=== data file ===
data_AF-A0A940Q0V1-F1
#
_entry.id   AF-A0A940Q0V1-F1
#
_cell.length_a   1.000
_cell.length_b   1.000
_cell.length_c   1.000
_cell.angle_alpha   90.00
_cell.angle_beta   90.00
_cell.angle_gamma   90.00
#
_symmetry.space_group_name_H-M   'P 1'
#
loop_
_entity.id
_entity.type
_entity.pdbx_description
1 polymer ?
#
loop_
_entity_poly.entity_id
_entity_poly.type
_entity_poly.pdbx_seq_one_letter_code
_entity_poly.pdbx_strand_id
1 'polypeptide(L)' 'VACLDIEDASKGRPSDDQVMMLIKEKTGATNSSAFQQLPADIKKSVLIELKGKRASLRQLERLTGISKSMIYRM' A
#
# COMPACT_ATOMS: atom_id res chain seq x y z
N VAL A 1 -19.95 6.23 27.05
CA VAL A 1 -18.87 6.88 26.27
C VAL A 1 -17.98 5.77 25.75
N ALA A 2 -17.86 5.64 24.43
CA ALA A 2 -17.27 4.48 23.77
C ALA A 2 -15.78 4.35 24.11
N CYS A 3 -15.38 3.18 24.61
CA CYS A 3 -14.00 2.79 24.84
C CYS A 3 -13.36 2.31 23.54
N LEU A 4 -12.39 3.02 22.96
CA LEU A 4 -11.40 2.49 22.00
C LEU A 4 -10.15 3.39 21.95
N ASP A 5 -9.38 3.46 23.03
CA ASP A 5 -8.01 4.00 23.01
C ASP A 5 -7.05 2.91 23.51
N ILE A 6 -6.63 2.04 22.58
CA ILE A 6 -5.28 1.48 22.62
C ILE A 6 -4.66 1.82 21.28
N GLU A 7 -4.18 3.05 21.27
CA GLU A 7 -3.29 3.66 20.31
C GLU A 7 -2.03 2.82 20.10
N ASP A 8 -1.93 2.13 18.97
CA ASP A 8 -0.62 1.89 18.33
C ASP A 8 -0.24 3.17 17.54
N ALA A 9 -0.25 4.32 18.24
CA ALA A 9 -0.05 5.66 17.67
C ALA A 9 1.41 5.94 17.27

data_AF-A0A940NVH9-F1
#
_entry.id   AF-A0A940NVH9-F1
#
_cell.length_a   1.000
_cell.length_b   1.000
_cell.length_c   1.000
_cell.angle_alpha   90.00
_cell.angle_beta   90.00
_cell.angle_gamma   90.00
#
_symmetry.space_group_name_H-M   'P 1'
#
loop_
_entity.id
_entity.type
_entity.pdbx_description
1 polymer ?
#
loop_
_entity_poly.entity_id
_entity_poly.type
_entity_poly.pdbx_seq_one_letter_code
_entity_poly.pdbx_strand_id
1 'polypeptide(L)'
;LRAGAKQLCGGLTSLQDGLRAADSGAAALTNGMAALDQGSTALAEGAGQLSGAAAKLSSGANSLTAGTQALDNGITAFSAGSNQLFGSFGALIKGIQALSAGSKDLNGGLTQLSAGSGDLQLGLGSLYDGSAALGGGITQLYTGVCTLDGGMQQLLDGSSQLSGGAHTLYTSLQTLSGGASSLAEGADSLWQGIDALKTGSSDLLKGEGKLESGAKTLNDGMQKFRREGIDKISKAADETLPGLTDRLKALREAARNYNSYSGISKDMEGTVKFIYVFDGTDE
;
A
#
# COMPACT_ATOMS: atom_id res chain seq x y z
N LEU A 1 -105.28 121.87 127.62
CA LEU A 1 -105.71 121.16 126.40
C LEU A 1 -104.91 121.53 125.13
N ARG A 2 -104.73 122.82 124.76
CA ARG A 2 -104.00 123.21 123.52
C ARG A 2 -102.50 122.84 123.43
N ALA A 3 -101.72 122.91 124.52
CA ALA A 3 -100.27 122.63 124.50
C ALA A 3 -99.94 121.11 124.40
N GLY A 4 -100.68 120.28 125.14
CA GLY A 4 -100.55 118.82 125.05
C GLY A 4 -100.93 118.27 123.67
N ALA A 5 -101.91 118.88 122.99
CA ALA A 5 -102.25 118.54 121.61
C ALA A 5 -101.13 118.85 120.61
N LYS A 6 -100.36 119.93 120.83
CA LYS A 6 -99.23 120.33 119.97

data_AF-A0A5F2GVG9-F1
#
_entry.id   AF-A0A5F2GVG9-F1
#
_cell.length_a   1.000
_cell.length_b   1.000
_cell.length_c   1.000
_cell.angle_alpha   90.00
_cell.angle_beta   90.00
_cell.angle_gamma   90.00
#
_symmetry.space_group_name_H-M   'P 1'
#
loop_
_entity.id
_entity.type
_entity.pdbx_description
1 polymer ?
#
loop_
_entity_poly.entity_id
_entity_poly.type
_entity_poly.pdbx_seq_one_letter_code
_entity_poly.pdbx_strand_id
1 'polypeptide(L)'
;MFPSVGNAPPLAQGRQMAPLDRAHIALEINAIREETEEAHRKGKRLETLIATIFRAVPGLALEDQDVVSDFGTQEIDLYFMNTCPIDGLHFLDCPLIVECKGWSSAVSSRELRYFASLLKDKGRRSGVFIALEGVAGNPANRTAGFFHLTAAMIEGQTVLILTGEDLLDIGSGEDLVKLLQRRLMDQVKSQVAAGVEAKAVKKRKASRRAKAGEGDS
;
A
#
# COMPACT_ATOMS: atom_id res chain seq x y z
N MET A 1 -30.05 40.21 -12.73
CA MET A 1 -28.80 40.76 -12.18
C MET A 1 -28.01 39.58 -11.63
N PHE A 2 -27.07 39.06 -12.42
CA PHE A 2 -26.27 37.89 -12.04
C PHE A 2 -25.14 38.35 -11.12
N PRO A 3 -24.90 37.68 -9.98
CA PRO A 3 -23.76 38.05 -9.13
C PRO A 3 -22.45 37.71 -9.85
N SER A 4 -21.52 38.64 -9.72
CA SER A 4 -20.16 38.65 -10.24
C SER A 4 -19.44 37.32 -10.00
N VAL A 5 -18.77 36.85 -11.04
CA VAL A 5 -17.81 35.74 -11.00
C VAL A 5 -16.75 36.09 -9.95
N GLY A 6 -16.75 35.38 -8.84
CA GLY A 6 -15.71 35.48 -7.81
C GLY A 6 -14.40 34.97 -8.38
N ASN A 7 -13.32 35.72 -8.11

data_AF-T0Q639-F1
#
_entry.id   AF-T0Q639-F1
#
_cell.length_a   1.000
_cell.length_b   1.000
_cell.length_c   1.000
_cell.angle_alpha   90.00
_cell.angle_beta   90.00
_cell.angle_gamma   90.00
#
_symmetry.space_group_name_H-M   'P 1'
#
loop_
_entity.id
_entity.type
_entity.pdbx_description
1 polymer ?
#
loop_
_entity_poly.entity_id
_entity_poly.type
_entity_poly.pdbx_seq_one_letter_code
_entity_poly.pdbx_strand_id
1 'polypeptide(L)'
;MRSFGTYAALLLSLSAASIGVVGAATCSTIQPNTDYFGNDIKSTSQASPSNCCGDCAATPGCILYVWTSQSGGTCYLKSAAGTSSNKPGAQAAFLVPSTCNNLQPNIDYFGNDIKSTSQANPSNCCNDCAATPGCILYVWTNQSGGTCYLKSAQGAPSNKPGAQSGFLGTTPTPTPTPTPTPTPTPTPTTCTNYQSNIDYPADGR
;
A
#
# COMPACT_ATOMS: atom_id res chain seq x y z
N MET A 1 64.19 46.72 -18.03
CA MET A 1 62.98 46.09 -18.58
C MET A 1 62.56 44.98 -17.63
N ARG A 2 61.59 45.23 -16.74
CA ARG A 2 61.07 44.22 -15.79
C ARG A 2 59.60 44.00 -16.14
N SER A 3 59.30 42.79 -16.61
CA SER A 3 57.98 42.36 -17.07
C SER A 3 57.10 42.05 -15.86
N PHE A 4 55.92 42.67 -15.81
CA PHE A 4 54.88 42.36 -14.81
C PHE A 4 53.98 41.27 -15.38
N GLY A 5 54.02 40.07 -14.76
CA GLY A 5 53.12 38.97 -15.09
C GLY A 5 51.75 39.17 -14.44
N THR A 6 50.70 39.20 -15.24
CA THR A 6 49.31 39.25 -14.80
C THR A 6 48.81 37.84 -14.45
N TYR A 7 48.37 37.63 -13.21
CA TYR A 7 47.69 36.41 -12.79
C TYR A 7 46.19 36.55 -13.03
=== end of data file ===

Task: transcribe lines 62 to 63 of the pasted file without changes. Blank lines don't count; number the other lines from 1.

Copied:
_cell.angle_alpha   90.00
_cell.angle_beta   90.00